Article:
October at the Nashville Symphony

Schermerhorn Symphony Center, 1 Symphony Place. Ticket packages may be purchased from the Patron Services hotline at (615) 687-6401. Become a season ticket holder and receive added benefits! Concerts this month: Oct. 1: On the Trail of Big Cats with Wildlife Photographer Steve Winter (without orchestra); Oct. 4-7: One of the most beautiful and beloved of all concertos, Beethoven’s Violin Concerto; Oct. 11, 12: Haydn’s London Symphony; Oct. 19: Jazz, original tunes, improvisations and distinctive takes on well-known songs from Jon Batiste: Solo, the soulful bandleader for The Late Show with Stephen Colbert; Oct. 21: Hanson String Theory; Oct. 25, 26: Tim Burton’s The Nightmare Before Christmas in Concert with the Nashville Symphony performing the score live; Oct. 27: The entire community is invited for Free Day of Music, a full day of free performances, featuring everything from classical and jazz to rock and country, starting with a concert by the Nashville Symphony; Oct. 28: “The Funniest Man in America” James Gregory (without orchestra); Oct. 29: Canadian vocal supergroup The Tenors: Fan Favorites Tour; Oct. 30: Come in costume for Halloween Movie Night: The Phantom of the Opera, the ultimate night of chills and thrills when we screen the 1925 silent movie classic, accompanied by the breathtaking, seat-shaking sound of the Schermerhorn’s Martin Foundation Concert Organ.

October at the Ryman Auditorium

116 Fifth Avenue North. This stellar venue is a six-time winner of Pollstar’s Concert Theatre of the Year award and 2012, 2010 and 2008 Academy of Country Music’s Venue of the Year. This month’s outstanding lineup: Oct. 2: Here Come the Mummies; Oct. 3: Shakey Graves: The Tour X9 Tour with The Wild Reeds; Oct. 4, 11, 18: Opry Country Classics with a different lineup each night including Craig Morgan, Mickey Guyton, Ricky Skaggs, Carly Pearce, Craig Campbell, and more!; Oct. 5: John Prine with Hiss Golden Messenger; Oct. 6: John Prine with Shovels and Rope; Oct. 7: Goo Goo Dolls; Oct. 8: Sweetheart of the Rodeo 50th Anniversary; Oct. 9: Simple Minds; Oct. 10: Brett Young; Oct. 12, 13: Jim Gaffigan The Fixer Upper Tour; Oct. 14: For King & Country; Oct. 15: Chvrches with Lo Moon; Oct. 16, 17: Ween with The S#*! Creek Boys; Oct. 19, 20, 21: Ben Rector with The Band Camino; Oct. 22-24, 26-28: Jason Isbell and the 400 Unit with a different guest each night including Molly Tuttle, Jeff the Brotherhood, Bully, Amanda Shires, Diarrhea Planet, and Melanie Faye; Oct. 29: Boz Scaggs; Oct. 30: Young the Giant with Lights. Buy tickets at Ryman box office,,, ticketmaster outlets or call (615) 458-8700.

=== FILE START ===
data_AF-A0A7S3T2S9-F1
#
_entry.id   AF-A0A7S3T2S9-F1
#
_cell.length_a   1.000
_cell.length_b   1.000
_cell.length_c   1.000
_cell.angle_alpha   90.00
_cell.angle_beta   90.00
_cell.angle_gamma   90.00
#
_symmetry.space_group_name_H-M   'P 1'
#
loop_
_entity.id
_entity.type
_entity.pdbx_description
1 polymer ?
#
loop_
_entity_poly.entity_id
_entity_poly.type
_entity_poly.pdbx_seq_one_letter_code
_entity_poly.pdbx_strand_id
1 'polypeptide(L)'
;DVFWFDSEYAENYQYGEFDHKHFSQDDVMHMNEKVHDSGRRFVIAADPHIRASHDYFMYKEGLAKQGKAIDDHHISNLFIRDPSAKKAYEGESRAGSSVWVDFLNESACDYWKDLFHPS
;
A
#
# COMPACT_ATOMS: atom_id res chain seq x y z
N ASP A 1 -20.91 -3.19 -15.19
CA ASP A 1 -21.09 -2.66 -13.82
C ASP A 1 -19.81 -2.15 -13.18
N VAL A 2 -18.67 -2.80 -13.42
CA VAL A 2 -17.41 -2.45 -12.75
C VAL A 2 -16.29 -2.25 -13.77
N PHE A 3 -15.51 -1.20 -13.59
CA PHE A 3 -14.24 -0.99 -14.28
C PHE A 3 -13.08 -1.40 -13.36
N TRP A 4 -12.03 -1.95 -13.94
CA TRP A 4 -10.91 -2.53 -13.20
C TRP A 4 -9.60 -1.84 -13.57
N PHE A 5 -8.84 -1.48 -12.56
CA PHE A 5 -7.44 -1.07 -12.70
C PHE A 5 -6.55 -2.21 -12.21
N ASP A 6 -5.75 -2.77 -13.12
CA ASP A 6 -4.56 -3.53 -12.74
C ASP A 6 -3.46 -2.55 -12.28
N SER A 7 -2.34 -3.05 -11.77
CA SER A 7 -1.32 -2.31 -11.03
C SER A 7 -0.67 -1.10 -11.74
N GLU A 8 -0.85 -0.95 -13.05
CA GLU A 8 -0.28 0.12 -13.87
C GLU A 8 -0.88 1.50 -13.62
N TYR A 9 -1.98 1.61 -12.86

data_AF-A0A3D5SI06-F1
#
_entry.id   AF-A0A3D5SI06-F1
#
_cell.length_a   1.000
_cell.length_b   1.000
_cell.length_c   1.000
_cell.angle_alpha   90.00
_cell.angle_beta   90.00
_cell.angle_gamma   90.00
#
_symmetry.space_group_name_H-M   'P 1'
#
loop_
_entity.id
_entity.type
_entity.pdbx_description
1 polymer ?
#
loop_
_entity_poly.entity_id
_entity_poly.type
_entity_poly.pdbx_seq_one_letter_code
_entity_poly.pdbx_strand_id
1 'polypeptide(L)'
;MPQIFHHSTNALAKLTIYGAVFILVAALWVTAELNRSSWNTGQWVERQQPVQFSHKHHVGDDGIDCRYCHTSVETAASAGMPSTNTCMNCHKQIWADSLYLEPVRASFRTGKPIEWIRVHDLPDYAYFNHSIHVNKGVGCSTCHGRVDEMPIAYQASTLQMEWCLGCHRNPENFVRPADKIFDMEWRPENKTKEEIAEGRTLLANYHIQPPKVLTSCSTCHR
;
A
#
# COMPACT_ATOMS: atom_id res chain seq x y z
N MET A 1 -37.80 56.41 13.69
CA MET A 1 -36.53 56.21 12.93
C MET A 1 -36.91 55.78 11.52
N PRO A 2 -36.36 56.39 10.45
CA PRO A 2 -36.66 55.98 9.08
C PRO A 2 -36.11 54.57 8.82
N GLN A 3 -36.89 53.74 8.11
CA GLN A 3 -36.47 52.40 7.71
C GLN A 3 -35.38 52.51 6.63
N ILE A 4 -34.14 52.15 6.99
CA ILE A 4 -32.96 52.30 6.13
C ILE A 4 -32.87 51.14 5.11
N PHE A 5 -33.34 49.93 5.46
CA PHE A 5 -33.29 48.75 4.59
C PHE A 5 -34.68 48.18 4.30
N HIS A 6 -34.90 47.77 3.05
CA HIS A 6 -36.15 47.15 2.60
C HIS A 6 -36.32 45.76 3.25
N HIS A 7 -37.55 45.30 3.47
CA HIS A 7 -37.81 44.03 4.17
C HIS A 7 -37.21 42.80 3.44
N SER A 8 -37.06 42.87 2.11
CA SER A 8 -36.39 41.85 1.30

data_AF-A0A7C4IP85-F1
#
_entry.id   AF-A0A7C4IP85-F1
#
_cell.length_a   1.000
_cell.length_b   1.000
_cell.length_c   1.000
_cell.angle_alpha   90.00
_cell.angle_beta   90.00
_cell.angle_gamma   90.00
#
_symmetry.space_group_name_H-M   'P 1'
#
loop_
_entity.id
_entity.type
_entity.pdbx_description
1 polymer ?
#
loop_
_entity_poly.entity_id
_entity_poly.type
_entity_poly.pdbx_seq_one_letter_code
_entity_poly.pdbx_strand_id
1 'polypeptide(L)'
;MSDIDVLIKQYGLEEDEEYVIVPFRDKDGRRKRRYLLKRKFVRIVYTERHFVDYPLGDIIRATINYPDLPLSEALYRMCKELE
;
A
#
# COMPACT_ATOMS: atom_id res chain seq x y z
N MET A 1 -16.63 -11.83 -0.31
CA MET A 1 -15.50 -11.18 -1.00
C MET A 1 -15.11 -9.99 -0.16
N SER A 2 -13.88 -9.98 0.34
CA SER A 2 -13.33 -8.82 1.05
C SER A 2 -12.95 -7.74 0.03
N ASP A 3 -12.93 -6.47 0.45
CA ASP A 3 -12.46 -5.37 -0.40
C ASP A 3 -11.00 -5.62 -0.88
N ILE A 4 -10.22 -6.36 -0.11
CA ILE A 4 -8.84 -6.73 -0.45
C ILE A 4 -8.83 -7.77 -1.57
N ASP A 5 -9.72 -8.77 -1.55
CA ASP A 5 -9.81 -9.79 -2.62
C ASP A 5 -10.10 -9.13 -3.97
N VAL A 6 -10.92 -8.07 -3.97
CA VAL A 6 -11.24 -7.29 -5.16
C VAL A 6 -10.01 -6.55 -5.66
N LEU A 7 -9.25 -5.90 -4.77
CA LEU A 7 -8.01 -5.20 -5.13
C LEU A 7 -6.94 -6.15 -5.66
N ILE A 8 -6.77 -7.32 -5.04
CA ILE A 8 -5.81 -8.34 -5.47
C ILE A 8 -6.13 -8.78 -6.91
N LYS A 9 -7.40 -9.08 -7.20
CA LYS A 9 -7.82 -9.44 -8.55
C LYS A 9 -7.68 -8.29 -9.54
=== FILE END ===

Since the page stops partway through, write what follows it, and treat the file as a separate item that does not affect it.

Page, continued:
Sunday Evenings – Bluegrass Jam

Station Inn, 402 12th Avenue South. Free admission on Sunday evening at Nashville’s premiere listening room for bluegrass and roots music. “Cold beer, hot pickin’ and friends you won’t meet until you get here.” Showtime 8 pm.

Tuesday & Wednesday Mornings – Wishing Chair Puppet Productions Story Time

Nashville Public Library’s Children’s Theatre, 615 Church Street. Enjoy enchanting productions, free of charge. Meet the Professor, Library Pete, and Mary Mary as they sing, juggle and read books. Puppet friends Tommy Dog, Cedric the Dragon, J.J. the Lamb, Spanish Fox, and Jimmy Giraffe make frequent appearances. 30 minutes, showtimes 9:30 am, 10:30, 11:30 am. For ages 6 and under. Limited free parking for 1-1/2 hours in the library’s parking garage.

Tuesday Evenings – Acoustic Pickin’ Party

Centennial Black Box Theater, 211 27th Avenue North. Bring an acoustic instrument and join the circle, 7–9 pm. All styles of music, including originals. Great for developing chops, and learning new tunes. Bring a couple tunes you’d like to play and an open mind. Ages 12–up.

Wednesday Evenings and Saturday Afternoons – The Music of Nashville: A Magical Journey

Texas Troubadour Theatre, 2416 Music Valley Drive. Take a historical 60 year ride through some of Nashville’s biggest hits, and the stories behind them! Performed by hot up-and-coming artists who are backed by a fantastic first-call Nashville band, they will bring you to your feet! Tickets available online, day of show or call (615) 969-6349. (more info on page 27, see Back Cover)

Thursday Evenings – Speakeasy Swing at Rudys

Rudy’s Jazz Room, 809 Gleaves Street. Nashville’s only jazz club features 1930s-1940s live music with vintage swing dancing, a New Orleans inspired menu and tipsy cocktails.

Thursday and Friday Evenings – Music at the Frist

Frist Center for the Visual Arts, 919 Broadway. Enjoy free music in the Cafe or Grand Lobby, 6 pm.

Friday and Saturday Evenings – Ray Stevens Show